To test the HLA-C specificity of this response, we transfected HUH7 cells, expressing either the N17 replicon or the mutated N17-L9D replicon, with HLA-C*0304. NKL-2DS2 inhibited HCV replication to a significantly greater extent than NKL-2DL2 or the parental NKL cell lines at all E/T ratios tested (Fig. 3D). However, this was not related to the LNP peptide because NKL-2DS2 also inhibited replication of the N17-L9D replicon to a similar extent. LNP was unable to stabilize HLA-C*0304 in a peptide stabilization assay using 721.221:HLA-C*0304 cells transfected with ICP47, which blocks TAP function (Fig. 3E). Furthermore, using the same cell lines to present peptide, LNP did not engage KIR2DS2 in the context of HLA-C*0304 in tetramer binding or Vav1 phosphorylation assays (Fig. 3, F and G). To generate a positive control peptide for this experiment, we tested P7 and P8 derivatives of the naturally processed HLA-C*0304–binding peptide, GAVDPLLAL, guided by our current work and also that of Liu et al. (13, 24). GAVDPLLAL, GAVDPLAWL, and GAVDPLATL all stabilized HLA-C*0304, but only GAVDPLAWL induced binding of the KIR2DS2 tetramer to HLA-C*0304 and Vav1 phosphorylation (Fig. 3, E to G). Thus, KIR2DS2 has a broad peptide/HLA-C specificity, and it is likely that there are other HCV peptides that can be presented by HLA-C*0304 and recognized by KIR2DS2.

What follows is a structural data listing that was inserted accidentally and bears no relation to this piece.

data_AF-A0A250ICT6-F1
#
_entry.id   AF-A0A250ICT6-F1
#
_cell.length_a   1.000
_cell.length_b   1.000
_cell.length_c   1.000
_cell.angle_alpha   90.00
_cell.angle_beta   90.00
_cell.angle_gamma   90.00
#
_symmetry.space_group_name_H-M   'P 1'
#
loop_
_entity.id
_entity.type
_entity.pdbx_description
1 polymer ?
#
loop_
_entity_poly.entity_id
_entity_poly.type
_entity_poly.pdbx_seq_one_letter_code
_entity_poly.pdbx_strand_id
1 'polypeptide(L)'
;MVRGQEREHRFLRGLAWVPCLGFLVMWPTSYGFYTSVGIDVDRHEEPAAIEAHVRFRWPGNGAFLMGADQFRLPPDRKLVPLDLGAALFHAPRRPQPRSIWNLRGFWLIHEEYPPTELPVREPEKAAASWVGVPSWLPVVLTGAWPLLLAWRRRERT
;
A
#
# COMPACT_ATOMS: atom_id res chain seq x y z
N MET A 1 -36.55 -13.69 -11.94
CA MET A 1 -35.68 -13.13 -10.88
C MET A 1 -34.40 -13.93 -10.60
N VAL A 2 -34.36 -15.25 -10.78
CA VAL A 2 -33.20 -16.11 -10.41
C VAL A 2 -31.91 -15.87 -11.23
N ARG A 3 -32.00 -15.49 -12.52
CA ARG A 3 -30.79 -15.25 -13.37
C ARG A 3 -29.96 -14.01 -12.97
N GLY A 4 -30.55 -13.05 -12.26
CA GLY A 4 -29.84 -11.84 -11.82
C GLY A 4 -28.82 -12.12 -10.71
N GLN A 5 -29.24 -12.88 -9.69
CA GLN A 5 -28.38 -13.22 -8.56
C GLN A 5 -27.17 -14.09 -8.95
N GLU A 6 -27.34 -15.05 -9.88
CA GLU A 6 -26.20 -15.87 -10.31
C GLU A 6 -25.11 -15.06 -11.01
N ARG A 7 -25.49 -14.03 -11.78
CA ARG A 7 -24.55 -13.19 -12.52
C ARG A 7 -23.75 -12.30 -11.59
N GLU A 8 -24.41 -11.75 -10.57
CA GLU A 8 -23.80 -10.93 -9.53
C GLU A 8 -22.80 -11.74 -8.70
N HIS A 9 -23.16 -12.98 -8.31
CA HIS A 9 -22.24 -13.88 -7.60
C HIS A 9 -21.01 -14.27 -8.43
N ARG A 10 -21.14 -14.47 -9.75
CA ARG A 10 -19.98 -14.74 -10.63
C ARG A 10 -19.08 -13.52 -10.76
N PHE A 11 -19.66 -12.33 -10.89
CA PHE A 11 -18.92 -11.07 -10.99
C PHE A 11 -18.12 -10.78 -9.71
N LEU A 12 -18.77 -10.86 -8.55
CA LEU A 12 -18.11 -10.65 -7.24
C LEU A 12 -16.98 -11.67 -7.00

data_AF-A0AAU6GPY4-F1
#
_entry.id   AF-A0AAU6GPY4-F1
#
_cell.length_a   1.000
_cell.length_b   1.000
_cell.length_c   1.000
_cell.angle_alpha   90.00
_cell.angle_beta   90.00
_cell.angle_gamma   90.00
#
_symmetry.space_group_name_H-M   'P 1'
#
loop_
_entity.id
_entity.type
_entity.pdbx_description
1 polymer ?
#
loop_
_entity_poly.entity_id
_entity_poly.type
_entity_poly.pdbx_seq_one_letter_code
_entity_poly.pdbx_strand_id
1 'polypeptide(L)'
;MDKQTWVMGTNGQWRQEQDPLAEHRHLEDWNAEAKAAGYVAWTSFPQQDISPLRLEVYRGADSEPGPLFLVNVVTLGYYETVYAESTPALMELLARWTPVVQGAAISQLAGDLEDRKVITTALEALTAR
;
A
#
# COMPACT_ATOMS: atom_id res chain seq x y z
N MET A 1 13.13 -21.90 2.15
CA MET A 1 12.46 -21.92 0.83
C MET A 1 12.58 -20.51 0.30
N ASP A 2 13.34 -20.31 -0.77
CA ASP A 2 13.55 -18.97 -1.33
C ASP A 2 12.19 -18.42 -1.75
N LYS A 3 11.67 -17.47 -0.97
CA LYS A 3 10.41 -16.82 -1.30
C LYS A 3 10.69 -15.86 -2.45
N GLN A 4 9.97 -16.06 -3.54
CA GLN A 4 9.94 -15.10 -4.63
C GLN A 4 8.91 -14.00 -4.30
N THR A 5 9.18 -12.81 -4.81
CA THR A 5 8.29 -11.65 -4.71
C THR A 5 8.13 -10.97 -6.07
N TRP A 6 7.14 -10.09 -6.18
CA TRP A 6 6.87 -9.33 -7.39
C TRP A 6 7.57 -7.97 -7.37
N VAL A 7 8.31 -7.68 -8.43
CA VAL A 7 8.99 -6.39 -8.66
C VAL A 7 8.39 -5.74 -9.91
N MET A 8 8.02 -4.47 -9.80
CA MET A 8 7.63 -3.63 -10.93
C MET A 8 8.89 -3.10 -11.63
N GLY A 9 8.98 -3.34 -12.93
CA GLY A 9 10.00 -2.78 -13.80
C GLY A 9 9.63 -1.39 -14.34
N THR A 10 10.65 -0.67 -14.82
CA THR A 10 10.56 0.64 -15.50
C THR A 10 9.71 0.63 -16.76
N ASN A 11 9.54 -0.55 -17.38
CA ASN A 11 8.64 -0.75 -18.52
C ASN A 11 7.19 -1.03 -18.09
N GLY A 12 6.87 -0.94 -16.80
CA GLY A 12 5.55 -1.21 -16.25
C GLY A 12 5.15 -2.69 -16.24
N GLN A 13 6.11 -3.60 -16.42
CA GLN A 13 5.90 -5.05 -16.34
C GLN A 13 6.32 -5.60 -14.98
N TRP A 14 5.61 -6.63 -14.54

LNP is a highly conserved peptide

HCV is an RNA virus with high sequence variability due to a lack of a proofreading capability of its RNA polymerase. We therefore assessed whether there was a clinical correlate to the defective replication of replicons with LNP variants. We observed that the LNP epitope is highly conserved across HCV genotypes, which, in general, differ by up to 30% in sequence identity (table S2). Genotype 5 HCV, the only genotype with a consistent variation of this epitope, has a leucine-to-phenylalanine variant at P9, consistent with our finding in the replication assays that variation at P9 of the LNP epitope does not affect HCV replication. Furthermore, the LNP epitope is conserved across 878 (98.5%) of the 891 HCV NS3 sequences deposited in the Los Alamos HCV database ( Thus, a lack of natural variation in this region implies that, in vivo, mutation of LNP is relatively poorly tolerated and marks it as a viable target for a nonrearranging immune receptor. Furthermore, structural analysis demonstrates that LNP is located within the RNA helicase domain of the HCV NS3 protein in the Ia motif and that the LNP peptide is in the RNA binding region of this motif, consistent with its relative lack of variation (25). Thus, it is in a critical functional region of HCV.

To investigate whether KIR2DS2 was associated with the outcome of HCV infection on a genetic basis, we performed logistic regression analysis of putative activating KIR/HLA combinations (KIR2DS1:HLA-C2, KIR2DS2:HLA-A*11, KIR2DS2:HLA-C1, and KIR3DS1:HLA-BBw4) and control activating KIR/HLA combinations (KIR2DS1:HLA-C1 and KIR2DS2:HLA-C2), together with key protective (KIR2DL3:HLA-C1 homozygosity) and susceptibility (KIR2DS3) factors in our UK Caucasian population with resolved (n = 120) or chronic (n = 216) HCV infection (4). KIR2DS2, in combination with HLA-C1, was protective against chronic HCV infection [P = 0.033; odds ratio (OR), 2.06; 95% confidence interval (CI), 1.06 to 4.02], but no association was found between KIR2DS2 in combination with HLA-A*11 and the outcome of HCV infection (Table 1). We also noted that KIR3DS1 in combination with HLA-BBw4 was protective, but none of the control combinations were associated with the outcome of HCV infection. Thus, in HCV infection, group 1 HLA-C alleles are protective in combination with both KIR A (KIR2DL3) and KIR B (KIR2DS2) centromeric haplotypes.